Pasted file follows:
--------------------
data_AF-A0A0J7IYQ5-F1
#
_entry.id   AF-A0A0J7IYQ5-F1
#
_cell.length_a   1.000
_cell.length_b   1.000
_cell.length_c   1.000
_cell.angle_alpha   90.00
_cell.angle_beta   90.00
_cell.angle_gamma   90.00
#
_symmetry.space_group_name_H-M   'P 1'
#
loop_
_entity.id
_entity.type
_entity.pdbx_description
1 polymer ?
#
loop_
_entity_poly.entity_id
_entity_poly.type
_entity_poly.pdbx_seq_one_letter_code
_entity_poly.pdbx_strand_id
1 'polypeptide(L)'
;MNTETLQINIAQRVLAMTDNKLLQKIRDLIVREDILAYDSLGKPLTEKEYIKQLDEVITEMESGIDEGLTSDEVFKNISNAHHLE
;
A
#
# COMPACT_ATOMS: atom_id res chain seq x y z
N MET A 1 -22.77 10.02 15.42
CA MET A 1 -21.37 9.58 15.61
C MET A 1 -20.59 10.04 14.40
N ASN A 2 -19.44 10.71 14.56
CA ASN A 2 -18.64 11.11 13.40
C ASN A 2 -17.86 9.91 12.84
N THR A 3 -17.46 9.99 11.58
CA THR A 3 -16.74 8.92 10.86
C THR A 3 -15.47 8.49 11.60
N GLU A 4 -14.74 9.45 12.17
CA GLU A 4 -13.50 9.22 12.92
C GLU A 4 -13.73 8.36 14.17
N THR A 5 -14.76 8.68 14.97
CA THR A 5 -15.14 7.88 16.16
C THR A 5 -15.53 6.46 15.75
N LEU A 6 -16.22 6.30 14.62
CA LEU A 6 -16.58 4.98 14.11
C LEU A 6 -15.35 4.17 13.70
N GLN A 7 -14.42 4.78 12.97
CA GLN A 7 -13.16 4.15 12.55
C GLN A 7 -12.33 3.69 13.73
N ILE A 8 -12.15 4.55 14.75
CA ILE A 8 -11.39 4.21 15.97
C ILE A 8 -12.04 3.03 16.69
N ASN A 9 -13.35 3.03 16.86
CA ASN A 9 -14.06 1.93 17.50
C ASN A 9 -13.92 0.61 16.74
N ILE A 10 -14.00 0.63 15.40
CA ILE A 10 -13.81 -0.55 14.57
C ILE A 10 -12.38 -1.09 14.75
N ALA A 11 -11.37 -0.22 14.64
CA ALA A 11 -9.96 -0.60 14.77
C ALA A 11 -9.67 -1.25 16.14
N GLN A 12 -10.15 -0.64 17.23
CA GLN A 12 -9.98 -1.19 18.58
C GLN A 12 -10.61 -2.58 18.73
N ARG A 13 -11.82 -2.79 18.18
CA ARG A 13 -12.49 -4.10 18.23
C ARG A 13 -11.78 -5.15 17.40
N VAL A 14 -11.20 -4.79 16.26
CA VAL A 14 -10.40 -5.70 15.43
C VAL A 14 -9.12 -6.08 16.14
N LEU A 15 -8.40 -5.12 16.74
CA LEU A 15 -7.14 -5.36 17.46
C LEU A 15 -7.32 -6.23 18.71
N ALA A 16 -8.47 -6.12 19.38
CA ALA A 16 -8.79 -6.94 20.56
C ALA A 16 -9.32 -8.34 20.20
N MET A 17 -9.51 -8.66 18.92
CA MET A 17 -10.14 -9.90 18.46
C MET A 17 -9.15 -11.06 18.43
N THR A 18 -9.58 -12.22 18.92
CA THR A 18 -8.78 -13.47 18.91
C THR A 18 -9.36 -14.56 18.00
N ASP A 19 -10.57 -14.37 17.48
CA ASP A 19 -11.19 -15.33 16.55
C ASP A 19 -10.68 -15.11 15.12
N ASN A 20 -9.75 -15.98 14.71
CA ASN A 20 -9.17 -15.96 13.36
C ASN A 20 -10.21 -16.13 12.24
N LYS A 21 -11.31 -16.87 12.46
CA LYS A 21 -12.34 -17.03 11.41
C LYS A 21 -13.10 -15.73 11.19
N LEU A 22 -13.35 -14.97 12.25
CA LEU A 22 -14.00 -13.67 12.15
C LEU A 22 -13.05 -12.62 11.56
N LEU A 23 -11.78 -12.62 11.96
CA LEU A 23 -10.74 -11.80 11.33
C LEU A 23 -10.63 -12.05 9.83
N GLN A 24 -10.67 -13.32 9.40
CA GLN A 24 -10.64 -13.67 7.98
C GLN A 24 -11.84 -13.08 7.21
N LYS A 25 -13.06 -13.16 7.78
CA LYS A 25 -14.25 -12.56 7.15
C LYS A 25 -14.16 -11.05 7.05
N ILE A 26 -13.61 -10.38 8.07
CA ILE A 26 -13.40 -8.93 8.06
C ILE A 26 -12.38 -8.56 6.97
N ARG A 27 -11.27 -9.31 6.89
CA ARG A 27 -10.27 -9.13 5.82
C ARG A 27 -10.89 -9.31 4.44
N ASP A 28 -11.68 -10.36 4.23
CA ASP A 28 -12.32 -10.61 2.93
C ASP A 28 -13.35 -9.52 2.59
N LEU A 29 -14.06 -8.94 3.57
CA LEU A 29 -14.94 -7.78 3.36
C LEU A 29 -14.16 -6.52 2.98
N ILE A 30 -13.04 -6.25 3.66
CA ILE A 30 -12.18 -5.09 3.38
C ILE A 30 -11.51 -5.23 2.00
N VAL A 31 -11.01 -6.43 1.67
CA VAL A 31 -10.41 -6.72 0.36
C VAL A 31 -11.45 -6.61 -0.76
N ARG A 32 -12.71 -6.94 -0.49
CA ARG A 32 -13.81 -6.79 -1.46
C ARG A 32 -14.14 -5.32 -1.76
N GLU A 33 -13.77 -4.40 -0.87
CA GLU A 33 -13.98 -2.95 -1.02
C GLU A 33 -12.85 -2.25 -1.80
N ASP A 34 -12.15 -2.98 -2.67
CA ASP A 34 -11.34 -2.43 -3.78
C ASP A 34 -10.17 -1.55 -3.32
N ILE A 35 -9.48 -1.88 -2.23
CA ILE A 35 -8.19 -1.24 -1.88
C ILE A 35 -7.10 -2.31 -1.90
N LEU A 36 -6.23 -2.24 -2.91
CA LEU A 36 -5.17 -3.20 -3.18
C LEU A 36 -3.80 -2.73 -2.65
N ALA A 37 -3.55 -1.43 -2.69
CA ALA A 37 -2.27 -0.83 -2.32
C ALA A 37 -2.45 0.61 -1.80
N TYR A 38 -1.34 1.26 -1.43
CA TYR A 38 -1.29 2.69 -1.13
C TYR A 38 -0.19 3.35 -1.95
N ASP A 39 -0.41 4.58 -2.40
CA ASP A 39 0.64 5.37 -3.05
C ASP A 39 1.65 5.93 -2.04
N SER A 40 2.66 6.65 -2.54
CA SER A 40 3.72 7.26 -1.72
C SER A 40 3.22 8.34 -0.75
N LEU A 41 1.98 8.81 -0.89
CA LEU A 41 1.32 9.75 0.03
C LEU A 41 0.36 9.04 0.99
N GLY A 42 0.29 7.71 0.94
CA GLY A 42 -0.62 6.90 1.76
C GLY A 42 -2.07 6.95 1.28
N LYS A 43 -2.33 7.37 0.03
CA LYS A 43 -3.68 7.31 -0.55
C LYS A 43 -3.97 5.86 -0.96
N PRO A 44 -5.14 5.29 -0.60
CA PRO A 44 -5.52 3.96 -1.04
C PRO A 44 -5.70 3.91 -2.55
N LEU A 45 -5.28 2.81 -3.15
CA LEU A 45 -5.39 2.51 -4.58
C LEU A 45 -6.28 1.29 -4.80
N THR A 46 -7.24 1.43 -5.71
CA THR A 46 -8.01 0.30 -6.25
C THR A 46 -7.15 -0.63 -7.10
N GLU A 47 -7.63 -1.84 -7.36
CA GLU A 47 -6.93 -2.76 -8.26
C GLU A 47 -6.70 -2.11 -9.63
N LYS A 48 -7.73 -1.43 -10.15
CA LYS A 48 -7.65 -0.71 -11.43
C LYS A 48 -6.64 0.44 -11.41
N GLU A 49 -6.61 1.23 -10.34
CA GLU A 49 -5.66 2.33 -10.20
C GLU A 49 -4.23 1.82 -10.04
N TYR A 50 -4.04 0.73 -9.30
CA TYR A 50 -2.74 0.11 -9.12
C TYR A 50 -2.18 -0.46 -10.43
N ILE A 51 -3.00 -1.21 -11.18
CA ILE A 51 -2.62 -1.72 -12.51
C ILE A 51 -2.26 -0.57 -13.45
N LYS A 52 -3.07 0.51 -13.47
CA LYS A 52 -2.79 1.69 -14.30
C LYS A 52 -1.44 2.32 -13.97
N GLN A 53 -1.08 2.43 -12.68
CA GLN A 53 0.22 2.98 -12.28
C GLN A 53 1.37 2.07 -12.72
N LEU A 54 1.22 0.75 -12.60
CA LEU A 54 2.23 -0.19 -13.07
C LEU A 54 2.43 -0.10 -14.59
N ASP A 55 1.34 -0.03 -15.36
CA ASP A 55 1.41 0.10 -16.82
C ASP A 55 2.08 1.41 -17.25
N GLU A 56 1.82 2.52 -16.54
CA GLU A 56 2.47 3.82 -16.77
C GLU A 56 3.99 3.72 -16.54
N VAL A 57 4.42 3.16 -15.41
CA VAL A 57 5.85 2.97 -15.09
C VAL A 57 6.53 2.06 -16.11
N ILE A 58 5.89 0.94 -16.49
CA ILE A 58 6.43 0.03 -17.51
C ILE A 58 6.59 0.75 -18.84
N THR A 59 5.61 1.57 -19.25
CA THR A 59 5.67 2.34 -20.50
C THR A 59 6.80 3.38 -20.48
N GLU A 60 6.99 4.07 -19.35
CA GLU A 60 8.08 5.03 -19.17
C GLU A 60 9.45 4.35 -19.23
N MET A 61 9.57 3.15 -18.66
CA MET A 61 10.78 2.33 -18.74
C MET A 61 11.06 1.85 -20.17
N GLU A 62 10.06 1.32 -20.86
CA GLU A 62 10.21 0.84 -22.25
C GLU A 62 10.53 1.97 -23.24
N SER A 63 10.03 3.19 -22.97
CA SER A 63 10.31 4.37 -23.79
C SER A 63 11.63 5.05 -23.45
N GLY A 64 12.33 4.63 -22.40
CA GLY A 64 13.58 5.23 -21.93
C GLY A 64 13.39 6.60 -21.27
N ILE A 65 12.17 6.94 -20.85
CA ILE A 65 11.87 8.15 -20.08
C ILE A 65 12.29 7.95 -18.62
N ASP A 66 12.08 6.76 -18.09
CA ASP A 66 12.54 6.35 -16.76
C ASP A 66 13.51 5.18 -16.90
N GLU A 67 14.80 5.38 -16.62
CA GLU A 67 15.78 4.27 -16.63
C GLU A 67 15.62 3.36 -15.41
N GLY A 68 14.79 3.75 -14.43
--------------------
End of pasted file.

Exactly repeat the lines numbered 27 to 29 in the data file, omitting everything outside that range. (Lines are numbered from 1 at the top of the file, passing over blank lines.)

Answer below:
;
A
#